Online Extra: Gilead loses PrEP patent battle
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A federal patent appeals board has refused a request from Gilead Sciences Inc. to invalidate two patents the Department of Health and Human Services claims to hold on the use of medications for PrEP.
As the Bay Area Reporter previously reported, advocates announced last spring that they had uncovered evidence that the Centers for Disease Control and Prevention holds patents on the use of antiretrovirals for PrEP. In August, Gilead filed a challenge with the U.S. Patent and Trademark Office, claiming that it rightfully holds these patents.
Gilead developed Truvada (tenofovir disoproxil fumarate/emtricitabine) and its successor, Descovy (tenofovir alafenamide/emtricitabine), for HIV treatment. But government-funded scientists conducted much of the research that led to the approval of the combo pills for HIV prevention.
In November, HHS, in turn, sued Gilead, alleging that the company "willfully and deliberatively" infringed on PrEP patents held by the CDC. Advocates urged the government to collect royalties from the company and use them to fund a national program to provide low-cost PrEP and related services.
"Gilead must respect the U.S. patent system, the groundbreaking work by CDC researchers, and the substantial taxpayer contributions to the development of these drugs," Health and Human Services Secretary Alex Azar II said at the time.
Gilead rejected the claim, arguing that the concept of using antiretrovirals to prevent HIV predates the government's research.
Last week, the PTO's Patent Trial and Appeals Board ruled that Gilead failed to demonstrate that there is a "reasonable likelihood of prevailing" in its challenge to the HHS patents.
"This is a major victory for activists and the U.S. government," James Krellenstein of the PrEP4All Collaboration told Stat, a health-oriented news website. "This reinforces the position that the CDC patents are fully valid and enforceable, and that Gilead willfully and recklessly infringed on valid patents that form a major revenue center in their product pipeline."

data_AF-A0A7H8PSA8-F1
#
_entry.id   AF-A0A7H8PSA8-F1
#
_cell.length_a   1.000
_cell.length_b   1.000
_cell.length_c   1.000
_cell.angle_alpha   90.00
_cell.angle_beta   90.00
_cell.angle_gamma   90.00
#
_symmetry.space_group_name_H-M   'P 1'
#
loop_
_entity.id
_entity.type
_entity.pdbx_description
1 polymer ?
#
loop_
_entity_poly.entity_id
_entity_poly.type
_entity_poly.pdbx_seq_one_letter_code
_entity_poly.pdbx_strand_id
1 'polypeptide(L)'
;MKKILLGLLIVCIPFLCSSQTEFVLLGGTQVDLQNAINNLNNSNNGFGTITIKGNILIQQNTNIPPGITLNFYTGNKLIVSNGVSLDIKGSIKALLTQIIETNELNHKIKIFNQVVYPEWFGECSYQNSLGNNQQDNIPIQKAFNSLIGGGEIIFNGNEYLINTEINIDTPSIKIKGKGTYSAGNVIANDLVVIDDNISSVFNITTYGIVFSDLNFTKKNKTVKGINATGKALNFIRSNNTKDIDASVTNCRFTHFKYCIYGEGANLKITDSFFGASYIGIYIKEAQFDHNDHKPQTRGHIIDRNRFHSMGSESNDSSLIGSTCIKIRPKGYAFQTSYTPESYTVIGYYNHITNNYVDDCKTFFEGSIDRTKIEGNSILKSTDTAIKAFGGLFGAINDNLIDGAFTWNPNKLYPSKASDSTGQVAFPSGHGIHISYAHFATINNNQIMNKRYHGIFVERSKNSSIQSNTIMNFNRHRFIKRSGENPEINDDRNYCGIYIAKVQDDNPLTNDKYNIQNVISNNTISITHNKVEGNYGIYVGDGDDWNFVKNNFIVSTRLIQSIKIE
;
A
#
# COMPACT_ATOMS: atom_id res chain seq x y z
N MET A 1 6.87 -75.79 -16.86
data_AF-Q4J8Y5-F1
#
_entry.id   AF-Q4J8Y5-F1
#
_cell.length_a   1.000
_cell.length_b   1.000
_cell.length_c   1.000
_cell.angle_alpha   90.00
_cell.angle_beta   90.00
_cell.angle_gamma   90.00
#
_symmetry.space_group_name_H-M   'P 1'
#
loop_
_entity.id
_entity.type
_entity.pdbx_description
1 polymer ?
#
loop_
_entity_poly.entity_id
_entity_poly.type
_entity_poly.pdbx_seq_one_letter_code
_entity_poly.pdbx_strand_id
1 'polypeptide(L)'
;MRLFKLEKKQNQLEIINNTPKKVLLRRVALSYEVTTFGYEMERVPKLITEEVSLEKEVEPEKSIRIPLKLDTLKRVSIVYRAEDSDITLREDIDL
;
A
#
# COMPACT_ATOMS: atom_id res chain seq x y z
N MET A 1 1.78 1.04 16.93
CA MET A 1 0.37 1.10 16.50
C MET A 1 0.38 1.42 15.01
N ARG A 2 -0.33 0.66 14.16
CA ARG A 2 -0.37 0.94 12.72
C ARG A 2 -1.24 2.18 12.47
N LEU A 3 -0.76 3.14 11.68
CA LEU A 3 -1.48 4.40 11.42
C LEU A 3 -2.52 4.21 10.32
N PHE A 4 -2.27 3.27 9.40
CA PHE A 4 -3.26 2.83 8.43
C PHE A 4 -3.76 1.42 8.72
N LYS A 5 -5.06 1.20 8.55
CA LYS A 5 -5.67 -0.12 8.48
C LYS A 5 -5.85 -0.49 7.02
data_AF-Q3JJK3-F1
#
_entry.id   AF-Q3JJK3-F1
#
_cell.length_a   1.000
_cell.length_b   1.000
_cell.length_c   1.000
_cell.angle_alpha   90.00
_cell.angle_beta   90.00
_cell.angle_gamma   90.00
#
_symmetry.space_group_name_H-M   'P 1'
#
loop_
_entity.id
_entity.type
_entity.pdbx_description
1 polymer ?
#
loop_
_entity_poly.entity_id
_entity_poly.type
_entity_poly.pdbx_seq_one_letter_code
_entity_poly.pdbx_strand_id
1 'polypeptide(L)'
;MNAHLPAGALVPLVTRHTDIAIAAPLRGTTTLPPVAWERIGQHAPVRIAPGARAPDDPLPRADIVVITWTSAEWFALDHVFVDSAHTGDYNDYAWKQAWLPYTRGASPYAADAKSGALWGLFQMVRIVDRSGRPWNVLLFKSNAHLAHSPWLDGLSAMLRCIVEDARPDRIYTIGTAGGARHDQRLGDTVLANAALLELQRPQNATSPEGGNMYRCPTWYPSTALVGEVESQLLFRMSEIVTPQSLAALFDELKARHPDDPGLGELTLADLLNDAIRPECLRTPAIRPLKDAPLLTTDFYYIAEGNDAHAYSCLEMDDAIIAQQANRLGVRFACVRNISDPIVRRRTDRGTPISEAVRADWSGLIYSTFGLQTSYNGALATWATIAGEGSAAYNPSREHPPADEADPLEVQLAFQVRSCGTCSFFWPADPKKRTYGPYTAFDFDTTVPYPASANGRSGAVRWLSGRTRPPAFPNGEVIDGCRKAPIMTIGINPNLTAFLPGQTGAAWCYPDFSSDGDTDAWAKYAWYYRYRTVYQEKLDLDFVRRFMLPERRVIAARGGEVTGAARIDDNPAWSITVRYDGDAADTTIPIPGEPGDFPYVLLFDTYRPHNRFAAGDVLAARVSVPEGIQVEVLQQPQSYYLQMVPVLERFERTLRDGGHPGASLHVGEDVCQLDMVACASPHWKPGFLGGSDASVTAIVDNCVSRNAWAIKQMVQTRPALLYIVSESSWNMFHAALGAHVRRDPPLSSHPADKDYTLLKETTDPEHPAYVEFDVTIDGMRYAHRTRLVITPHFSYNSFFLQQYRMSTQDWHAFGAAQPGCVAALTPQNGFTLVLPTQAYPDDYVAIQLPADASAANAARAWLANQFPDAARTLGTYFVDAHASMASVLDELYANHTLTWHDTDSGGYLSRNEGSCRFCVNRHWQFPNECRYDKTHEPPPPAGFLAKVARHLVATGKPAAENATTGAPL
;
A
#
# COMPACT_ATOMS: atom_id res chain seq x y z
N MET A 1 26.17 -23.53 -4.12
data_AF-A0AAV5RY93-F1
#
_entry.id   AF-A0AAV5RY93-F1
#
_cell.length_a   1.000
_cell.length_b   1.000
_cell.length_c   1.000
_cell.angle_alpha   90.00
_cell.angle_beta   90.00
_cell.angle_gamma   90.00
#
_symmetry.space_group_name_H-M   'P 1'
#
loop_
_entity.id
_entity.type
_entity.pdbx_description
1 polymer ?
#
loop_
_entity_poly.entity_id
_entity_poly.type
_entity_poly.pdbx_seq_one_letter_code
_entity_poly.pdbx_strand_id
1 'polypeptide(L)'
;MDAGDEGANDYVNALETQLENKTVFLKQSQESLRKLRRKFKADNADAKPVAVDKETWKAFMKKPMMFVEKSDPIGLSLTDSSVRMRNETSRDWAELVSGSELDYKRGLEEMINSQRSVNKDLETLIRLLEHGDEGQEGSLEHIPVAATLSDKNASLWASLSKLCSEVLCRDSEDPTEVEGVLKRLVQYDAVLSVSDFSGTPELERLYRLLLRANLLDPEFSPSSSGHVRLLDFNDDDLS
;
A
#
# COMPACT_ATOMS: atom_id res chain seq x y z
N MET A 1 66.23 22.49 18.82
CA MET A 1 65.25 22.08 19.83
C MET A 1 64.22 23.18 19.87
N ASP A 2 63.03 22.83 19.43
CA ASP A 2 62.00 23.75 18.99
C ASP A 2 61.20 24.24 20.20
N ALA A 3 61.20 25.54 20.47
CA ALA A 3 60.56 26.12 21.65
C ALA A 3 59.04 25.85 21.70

Truvada and Descovy each cost around $1,700 per month, and advocates estimate that Truvada brought Gilead in nearly $3 billion in revenues last year. Gilead offers a patient assistance program and co-pay card that reduces out-of-pocket expenses, but many people still have trouble affording it, and the high cost is a burden for public health programs that aim to expand the use of the prevention pill.
Gilead issued a statement after the latest ruling reiterating its position that the HHS patents are invalid. The company stated that the denial was based only on the "limited evidence" it was allowed to introduce in its request for an expedited review, and that it has "additional defenses" against the government's lawsuit.
"There is compelling evidence demonstrating that the HHS patents are invalid," the statement reads in part. "[P]ublished materials clearly show that others had earlier conceived of using an antiretroviral therapy for pre-exposure prophylaxis."
Other legal woes
This HHS patent dispute is only one of the legal challenges Gilead is facing.
Unrelated lawsuits allege that Gilead withheld tenofovir alafenamide (TAF) — the newer version of the drug in Descovy and other combo pills — until patents on tenofovir disoproxil fumarate (TDF), the older version in Truvada, were about to expire. TAF is less likely to cause kidney and bone problems in people using the drug for HIV treatment, but it is associated with higher cholesterol levels and weight gain. Advocates have asked the PTO to deny Gilead's request for a patent extension on tenofovir alafenamide and its coformulations.
Similar safety claims arose in a series of misleading Facebook ads suggesting that Truvada was unsafe for PrEP and recruiting plaintiffs for personal injury lawsuits. However, research has shown that both Truvada and Descovy are highly safe and effective for HIV prevention. More than 50 LGBT and HIV/AIDS organizations demanded that Facebook remove the ads; the company did so in January.
An ongoing antitrust lawsuit in San Francisco, Staley v. Gilead, alleges that Gilead and collaborating pharmaceutical companies illegally propped up prices of HIV combination pills by restricting generic competition.
Finally, Gilead is also facing legal woes in China, as scientists at the government-run Wuhan Institute of Virology seek to patent the company's experimental antiviral medication remdesivir, which is being tested as a treatment for the novel coronavirus.